Ducks must have an instinctive awareness of human clocks. It's a curious phenomenon that happens every morning I'm lucky enough to find myself in a duck blind. Layered up against the elements, a Mossy Oak StayPuff Marshmallow Man, I clutch a 12-gauge and huddle next to my shivering canine companion. It isn't the cold that has her quaking like a kid on Christmas morning.
Flights of Green Winged Teal zip and zoom playfully across a pre-dawn sky. Mallards quack and quibble back and forth. Wigeon whistle high above. Slowly, the number of ducks on the pond grows. Ten, twenty, fifty. Some so close to the blind I could reach out and grab them. They must know I'm there, tucked behind a curtain of knotweed, watching their every move with admiration and anticipation.
Page 10 is well worn in my copy of the Oregon Game Bird Regulations manual. It contains the table of legal shooting times for game bird seasons across the state. I checked and double checked today's times on my drive down this morning. It's 6:49am and I can't fire a shot until 7:04.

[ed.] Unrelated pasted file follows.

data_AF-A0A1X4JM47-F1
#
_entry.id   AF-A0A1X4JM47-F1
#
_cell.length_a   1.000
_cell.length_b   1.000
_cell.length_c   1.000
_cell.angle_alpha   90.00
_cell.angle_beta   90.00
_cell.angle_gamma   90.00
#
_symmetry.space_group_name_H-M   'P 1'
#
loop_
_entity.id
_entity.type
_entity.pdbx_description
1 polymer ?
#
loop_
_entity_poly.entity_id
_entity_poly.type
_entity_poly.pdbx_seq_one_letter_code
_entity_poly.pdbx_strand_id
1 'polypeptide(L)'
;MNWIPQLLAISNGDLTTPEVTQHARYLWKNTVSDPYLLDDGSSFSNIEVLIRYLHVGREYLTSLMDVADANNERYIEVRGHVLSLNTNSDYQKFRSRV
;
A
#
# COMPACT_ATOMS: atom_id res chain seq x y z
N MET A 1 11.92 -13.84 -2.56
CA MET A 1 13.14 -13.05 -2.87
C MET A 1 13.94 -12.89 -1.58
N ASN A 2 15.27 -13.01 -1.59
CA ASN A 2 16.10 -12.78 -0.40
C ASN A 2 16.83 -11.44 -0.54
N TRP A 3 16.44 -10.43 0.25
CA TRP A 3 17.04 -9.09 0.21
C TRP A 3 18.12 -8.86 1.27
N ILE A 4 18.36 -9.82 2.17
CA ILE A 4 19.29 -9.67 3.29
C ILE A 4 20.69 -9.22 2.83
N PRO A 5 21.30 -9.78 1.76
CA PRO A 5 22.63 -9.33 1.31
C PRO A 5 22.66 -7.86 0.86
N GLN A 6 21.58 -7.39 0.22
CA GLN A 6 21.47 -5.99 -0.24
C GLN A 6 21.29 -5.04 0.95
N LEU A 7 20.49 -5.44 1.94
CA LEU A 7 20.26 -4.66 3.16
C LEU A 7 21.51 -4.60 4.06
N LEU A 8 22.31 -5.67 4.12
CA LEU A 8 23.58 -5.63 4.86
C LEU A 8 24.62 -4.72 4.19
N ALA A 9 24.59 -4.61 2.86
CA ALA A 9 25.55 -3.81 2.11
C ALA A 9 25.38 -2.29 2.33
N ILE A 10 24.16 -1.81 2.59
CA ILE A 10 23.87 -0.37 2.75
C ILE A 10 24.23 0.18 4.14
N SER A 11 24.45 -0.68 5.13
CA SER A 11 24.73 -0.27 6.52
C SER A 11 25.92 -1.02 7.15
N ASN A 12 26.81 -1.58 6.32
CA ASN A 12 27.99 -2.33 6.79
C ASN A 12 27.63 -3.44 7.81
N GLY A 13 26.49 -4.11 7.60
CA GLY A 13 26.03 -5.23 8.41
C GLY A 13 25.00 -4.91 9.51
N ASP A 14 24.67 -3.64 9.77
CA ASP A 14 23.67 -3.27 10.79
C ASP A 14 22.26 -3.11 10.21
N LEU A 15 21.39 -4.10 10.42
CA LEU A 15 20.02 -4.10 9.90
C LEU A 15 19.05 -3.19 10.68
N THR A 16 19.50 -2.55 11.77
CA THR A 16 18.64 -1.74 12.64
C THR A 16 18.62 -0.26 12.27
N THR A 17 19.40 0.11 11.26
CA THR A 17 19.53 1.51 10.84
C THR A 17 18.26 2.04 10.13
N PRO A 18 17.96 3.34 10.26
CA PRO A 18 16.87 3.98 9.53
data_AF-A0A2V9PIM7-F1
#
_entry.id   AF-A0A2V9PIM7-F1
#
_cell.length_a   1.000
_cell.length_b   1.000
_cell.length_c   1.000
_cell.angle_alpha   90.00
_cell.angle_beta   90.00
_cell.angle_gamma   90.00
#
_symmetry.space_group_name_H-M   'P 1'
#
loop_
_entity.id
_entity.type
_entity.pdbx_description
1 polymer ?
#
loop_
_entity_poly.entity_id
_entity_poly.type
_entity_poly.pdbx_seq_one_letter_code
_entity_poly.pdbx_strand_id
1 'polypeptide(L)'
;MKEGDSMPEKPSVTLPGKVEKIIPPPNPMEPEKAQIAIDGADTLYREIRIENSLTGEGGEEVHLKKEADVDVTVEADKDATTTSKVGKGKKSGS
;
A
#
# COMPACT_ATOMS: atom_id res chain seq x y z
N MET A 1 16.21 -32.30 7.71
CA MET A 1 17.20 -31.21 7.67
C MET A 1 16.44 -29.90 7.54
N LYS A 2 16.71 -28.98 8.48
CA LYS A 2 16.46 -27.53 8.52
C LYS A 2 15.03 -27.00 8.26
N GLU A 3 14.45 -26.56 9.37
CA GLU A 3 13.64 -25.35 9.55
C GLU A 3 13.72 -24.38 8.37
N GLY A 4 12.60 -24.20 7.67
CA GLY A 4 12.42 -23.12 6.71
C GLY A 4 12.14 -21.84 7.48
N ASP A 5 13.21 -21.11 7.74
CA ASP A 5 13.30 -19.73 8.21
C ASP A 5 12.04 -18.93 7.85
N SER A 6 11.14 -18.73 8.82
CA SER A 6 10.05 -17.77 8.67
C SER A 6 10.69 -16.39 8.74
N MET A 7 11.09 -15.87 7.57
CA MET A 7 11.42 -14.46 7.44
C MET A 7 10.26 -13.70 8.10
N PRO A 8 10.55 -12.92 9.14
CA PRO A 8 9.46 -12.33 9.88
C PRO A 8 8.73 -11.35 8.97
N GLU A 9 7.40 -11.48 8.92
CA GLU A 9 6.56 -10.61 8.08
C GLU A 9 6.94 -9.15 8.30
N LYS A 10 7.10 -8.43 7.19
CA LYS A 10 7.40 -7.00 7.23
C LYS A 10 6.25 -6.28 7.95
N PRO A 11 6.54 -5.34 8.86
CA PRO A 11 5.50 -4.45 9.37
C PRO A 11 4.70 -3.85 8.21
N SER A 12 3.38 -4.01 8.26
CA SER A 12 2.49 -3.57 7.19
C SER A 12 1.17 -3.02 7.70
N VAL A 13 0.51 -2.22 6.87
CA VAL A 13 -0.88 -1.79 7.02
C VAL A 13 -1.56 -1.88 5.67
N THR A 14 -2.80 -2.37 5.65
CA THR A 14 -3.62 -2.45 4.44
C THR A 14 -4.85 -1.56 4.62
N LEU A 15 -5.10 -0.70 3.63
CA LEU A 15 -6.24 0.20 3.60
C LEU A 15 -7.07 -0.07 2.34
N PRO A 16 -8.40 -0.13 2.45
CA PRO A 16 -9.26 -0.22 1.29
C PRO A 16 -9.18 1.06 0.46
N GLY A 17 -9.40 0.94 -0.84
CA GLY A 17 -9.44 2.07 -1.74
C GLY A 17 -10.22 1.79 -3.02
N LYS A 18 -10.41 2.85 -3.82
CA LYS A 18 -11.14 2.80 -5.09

The anticipation of a pre-determined minute, set by biologists or bureaucrats in some stately Salem office building is a contradictory delight. A contrast at the intersection of human-imposed regulation and the comings and goings of wild animals. Those 15 minutes before shooting time are my favorite. Decoys spread, calls silent. To sit in quiet observation and complete awe at these graceful, adventurous creatures. To be a part of their momentous migration from north to south. It's another curious contrast that my part in the journey is so violent, so final. But that's another thought entirely.